Social Penetration Theory: Definition & Examples

Social Penetration Theory: Definition & Examples
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  • 1:23 Orientation
  • 2:04 Exploratory Affective
  • 2:40 Affective Stage
  • 3:25 Stable Stage
  • 4:31 Depenetration Stage
  • 5:19 Lesson Summary
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Lesson Transcript
Instructor: Jessica Whittemore

Jessica has taught junior high history and college seminar courses. She has a master's degree in education.

Getting to really know someone is often tricky business. According to the social penetration theory, people are like onions that need to be peeled in stages. This lesson discusses these stages as they pertain to interpersonal communication.

Social Penetration Theory

My grandma always said people are like onions: you gotta peel them back to see what you're really getting. Unbeknownst to all of us at the time, her words had some science behind them. In fact, they were actually the core of what sociologists call the social penetration theory, which asserts that, as relationships develop, communication moves from somewhat superficial thoughts and topics to intimate and personal ones.

In today's lesson, we'll delve into the social penetration theory and how it plays out in interpersonal communication. For starters, the psychology team of Altman and Taylor authored the social penetration theory. As a duo, they're credited with the famous onion metaphor, the idea that personality is multi-layered. That our public selves are the outside layer, and our personal selves are the core. According to Altman and Taylor, penetrating someone's inner self takes lots of work. In short, they agree with my Grandma. In both friendship and romance, you have to peel someone back to get to really know 'em. According to the social penetration theory, this peeling of sorts goes through many stages, or layers. Deep, intimate relationships don't just happen. They develop as the participants disclose information about themselves.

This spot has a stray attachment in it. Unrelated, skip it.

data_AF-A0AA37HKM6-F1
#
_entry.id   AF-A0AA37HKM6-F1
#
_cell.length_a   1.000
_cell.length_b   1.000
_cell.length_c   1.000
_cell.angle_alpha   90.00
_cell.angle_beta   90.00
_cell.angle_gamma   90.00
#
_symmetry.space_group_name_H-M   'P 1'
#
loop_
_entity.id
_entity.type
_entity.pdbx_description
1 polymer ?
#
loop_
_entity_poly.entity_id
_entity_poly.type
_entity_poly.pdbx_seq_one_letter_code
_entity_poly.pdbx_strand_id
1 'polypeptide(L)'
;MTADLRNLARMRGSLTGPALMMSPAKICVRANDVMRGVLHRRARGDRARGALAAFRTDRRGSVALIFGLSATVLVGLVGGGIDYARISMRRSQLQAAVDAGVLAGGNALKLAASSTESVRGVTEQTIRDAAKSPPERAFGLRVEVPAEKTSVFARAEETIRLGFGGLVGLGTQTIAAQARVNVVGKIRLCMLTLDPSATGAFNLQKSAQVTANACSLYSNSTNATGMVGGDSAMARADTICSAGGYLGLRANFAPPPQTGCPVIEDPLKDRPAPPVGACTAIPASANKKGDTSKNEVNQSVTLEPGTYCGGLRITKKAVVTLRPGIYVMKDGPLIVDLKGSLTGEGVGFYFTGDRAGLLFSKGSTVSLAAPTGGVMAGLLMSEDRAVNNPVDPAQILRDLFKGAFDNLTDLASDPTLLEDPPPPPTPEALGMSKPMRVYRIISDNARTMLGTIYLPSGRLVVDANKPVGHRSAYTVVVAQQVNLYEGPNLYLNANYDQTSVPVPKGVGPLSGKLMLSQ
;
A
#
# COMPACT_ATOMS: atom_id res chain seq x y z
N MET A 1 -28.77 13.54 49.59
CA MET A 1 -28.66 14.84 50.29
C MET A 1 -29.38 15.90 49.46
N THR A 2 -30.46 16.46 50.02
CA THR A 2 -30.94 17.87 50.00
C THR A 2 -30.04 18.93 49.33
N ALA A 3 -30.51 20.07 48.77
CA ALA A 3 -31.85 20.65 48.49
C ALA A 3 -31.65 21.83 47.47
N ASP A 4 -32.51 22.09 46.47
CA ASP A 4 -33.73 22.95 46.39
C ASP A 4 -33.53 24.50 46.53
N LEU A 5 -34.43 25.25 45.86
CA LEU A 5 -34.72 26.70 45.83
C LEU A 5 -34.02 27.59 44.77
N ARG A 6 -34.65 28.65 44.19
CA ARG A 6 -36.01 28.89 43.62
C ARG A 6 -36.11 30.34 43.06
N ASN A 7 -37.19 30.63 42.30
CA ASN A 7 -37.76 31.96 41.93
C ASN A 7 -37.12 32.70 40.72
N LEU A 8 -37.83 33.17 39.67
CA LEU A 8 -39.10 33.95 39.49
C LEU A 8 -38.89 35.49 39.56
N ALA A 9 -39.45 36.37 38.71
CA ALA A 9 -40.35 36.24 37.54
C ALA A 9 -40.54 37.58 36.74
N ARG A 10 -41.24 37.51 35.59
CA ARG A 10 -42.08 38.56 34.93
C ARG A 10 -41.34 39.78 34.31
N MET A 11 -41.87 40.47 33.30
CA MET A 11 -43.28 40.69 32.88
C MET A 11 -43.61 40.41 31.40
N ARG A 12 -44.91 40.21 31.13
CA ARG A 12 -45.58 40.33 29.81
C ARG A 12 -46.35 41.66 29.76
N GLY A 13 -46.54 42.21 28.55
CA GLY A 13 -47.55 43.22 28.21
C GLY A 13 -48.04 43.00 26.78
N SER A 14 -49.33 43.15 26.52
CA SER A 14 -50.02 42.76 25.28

Orientation

Keeping this in mind, the first stage, or layer, in the social penetration theory is the orientation stage. Like the name implies, the orientation stage is the introductory stage. It's where we first begin to gather impressions of one another. It's the, 'Hello, nice to meet you' phase and the 'My name is. . .' phase. In the orientation phase, we show only our public selves and things are kept light. When someone asks, 'How are you?', we smile and say, 'Fine,' no matter if our dog just died, we follow the social norm of trading niceties. To do otherwise would seem awkward and out of place.

Exploratory Affective

Now, if we seem to hit it off with someone during the orientation phase, we might decide to peel back the layer into the exploratory affective stage. In this next stage, casual friendships are born. We begin to reveal ourselves and our opinions, while also exploring those of our new acquaintance. No, we're not crying on each other's shoulders, discussing how our parents wounded us; that would be weird. Instead, we still stick to rather shallow waters, exploring safe topics like movies, sports or, perhaps, politics.

Affective Stage

If both parties find enough to like in the exploratory affective stage, another layer is peeled, and the affective stage is entered. In the affective stage, relationships wade into the deep waters of self-disclosure and intimacy. Gone are plastic smiles and trite sayings. Whether the relationship is platonic or romantic, this is the stage where we sort of declare we're all in. We're willing to peel back our layers. Acquaintance is replaced by friendship and casual dating often moves to couplehood. Now when we have a bad day, we call each other and complain or cry. Simple 'I'm fine's are supplanted by 'I need you, and bring ice cream!'

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